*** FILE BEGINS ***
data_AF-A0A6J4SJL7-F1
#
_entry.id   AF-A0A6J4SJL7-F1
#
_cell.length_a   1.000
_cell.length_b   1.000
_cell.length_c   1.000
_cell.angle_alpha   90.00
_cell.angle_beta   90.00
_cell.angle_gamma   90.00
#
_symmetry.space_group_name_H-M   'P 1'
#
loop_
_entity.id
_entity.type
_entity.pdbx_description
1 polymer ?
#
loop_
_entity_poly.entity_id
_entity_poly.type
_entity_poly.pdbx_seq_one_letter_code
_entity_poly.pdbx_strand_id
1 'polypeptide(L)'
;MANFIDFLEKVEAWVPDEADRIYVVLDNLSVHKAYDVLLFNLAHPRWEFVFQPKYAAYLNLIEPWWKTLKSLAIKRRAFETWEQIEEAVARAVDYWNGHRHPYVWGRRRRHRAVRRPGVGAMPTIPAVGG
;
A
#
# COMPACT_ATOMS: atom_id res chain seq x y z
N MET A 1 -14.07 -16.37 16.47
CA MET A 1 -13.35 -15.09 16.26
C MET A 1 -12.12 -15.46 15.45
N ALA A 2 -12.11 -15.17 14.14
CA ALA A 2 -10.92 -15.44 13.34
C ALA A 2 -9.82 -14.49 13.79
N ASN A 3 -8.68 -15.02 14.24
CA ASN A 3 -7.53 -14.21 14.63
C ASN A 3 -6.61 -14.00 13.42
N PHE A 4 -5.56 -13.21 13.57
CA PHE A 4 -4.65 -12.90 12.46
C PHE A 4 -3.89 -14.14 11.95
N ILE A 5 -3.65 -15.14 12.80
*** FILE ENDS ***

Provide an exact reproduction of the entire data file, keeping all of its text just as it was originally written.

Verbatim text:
data_AF-A0A6J4SJL7-F1
#
_entry.id   AF-A0A6J4SJL7-F1
#
_cell.length_a   1.000
_cell.length_b   1.000
_cell.length_c   1.000
_cell.angle_alpha   90.00
_cell.angle_beta   90.00
_cell.angle_gamma   90.00
#
_symmetry.space_group_name_H-M   'P 1'
#
loop_
_entity.id
_entity.type
_entity.pdbx_description
1 polymer ?
#
loop_
_entity_poly.entity_id
_entity_poly.type
_entity_poly.pdbx_seq_one_letter_code
_entity_poly.pdbx_strand_id
1 'polypeptide(L)'
;MANFIDFLEKVEAWVPDEADRIYVVLDNLSVHKAYDVLLFNLAHPRWEFVFQPKYAAYLNLIEPWWKTLKSLAIKRRAFETWEQIEEAVARAVDYWNGHRHPYVWGRRRRHRAVRRPGVGAMPTIPAVGG
;
A
#
# COMPACT_ATOMS: atom_id res chain seq x y z
N MET A 1 -14.07 -16.37 16.47
CA MET A 1 -13.35 -15.09 16.26
C MET A 1 -12.12 -15.46 15.45
N ALA A 2 -12.11 -15.17 14.14
CA ALA A 2 -10.92 -15.44 13.34
C ALA A 2 -9.82 -14.49 13.79
N ASN A 3 -8.68 -15.02 14.24
CA ASN A 3 -7.53 -14.21 14.63
C ASN A 3 -6.61 -14.00 13.42
N PHE A 4 -5.56 -13.21 13.57
CA PHE A 4 -4.65 -12.90 12.46
C PHE A 4 -3.89 -14.14 11.95
N ILE A 5 -3.65 -15.14 12.80